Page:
Analyzing Art - Checklist
You don't have to be an expert to undertake a basic investigation. Using this checklist, you can determine whether artwork is likely to have authentication issues. If you're dealing with a relatively expensive item, you will also want the help of at least one expert, and appropriate laboratory analysis. Use our list as a guide, and adapt it to your needs.
- Is there any provenance? If so, do you have any reason to feel suspicious about it? Trust your instincts!
- Are there primary source citations from the period, linking the artwork to the time and/or subject?
- If it's a print or other reproduction, when did the original appear? Where is it? What can you learn about it?
- If it's a numbered print, is it within the documented range of recorded prints?
- Was the alleged artist known to use these materials?
- Have the materials been used in the way that you would expect?
- Are the techniques and materials consistent with other known works by the artist at that period?
- Does the format fit the technologies of the time?
- Use basic scientific analysis (e.g., UV light, magnification) to look for alterations.
- Examine the signature, copyright, or other in-image identifiers. Are they appropriate? Do they vary in any respect from the main image?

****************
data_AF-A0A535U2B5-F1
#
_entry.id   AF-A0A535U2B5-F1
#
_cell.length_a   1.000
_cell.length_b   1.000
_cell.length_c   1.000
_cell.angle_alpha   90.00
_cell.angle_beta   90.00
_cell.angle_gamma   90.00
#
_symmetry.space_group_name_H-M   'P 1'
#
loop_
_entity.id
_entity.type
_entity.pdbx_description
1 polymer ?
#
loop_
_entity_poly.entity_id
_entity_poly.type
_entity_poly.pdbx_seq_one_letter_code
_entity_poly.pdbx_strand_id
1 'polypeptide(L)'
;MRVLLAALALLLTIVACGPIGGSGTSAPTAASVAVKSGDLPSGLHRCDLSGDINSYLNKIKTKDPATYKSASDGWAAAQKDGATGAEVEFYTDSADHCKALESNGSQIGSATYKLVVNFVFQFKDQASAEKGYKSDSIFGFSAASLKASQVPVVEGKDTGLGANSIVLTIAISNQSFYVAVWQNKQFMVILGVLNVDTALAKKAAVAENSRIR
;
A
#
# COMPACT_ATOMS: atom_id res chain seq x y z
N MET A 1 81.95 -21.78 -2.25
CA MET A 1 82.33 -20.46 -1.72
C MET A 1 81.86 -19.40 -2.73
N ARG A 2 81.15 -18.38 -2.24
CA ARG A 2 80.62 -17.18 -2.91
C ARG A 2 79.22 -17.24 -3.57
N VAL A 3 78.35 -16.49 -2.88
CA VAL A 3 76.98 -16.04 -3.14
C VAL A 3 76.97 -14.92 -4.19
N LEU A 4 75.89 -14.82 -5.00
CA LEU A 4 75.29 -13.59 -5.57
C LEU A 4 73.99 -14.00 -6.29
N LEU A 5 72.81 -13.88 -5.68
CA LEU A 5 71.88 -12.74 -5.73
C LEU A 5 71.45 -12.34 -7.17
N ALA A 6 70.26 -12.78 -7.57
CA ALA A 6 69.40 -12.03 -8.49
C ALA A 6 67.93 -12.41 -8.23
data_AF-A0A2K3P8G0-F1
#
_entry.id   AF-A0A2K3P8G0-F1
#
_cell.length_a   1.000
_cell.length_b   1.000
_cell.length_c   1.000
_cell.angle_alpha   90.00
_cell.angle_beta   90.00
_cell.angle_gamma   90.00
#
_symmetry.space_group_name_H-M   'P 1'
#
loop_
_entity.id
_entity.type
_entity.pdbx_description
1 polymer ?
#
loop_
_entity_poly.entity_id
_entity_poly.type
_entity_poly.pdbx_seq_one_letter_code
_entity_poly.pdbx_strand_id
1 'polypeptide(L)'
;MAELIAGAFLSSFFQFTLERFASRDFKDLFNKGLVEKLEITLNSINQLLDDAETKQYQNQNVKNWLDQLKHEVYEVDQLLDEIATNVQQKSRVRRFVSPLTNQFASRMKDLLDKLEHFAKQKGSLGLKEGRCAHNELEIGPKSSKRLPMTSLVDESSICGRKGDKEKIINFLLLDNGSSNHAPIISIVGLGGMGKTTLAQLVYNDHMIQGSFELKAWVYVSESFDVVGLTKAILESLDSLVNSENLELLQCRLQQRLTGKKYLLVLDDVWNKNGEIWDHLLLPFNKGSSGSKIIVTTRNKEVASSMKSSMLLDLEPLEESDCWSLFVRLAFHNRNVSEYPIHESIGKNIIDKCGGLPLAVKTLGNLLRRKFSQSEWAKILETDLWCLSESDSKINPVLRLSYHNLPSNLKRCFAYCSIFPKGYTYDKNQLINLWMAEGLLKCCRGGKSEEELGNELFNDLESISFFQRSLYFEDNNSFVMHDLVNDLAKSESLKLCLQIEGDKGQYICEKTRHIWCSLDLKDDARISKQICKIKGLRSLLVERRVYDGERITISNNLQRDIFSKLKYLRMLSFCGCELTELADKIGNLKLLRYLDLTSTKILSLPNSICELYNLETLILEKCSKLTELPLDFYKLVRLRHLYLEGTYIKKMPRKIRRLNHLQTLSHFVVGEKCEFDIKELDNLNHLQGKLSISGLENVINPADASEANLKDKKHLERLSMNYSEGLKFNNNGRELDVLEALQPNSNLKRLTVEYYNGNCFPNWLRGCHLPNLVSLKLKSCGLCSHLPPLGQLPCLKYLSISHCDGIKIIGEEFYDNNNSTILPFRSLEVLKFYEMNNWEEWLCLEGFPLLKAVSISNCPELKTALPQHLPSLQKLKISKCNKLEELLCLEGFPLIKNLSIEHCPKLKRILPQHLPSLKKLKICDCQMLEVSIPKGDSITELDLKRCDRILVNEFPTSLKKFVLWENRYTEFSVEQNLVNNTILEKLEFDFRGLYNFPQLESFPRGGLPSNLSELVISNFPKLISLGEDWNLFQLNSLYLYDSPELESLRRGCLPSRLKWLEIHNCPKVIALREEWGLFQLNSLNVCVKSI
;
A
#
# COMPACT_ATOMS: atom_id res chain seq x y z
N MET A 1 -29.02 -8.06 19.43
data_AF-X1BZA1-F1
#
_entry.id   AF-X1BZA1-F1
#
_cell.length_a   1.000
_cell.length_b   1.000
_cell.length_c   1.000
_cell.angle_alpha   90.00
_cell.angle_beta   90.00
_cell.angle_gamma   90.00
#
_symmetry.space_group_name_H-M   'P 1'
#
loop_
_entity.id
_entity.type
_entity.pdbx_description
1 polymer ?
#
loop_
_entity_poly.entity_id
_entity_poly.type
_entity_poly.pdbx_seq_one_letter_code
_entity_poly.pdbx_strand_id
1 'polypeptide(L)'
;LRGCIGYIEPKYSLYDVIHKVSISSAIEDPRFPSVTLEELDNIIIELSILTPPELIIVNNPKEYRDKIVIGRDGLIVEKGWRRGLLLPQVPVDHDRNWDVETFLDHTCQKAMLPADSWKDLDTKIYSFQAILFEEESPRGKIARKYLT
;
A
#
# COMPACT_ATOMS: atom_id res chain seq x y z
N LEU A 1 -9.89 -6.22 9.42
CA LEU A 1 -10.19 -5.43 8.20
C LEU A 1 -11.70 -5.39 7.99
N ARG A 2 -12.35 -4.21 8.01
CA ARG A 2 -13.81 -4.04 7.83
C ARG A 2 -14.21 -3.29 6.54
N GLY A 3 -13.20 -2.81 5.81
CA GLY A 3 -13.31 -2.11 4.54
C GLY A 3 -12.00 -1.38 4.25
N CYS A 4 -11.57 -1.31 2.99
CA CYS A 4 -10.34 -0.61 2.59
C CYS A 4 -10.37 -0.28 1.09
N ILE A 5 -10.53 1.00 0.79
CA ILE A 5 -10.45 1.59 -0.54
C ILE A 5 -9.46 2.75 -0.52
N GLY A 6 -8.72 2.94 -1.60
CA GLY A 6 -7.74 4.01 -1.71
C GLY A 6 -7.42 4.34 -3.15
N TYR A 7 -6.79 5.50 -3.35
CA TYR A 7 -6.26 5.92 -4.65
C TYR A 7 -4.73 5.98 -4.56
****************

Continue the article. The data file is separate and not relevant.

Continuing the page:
- Does the signature or copyright information appear where expected?
- Consider the overall condition of the work. Does its condition correlate to the purported age and history?
- Examine the front and back of the piece, including framing or casing, for any signs of recent work or irregularities.
- Are there any identifying tags or labels? If so, take notes for further investigation.
- Examine the edges. Are there any recent cuts to suggest resizing?
- Is the piece stylistically consistent with the work of the artist at the period?
- Are the clothes and hairstyles correct for the time presented?
- Is there anything historically inaccurate in the image itself? (E.g., an artifact or technology that hadn't been invented at the alleged time of creation.)
The Big Question
- Can you find one anomaly that indicates beyond reasonable doubt that the work could not be by the alleged artist?
RESULTS: At this point you may find yourself with several theories deserving further consideration. For instance, you may believe it is a genuine, but anomalous, work (perhaps created when the artist was ill or under pressure to produce results quickly). Further research may then be necessary to find evidence that will strengthen one of these theories.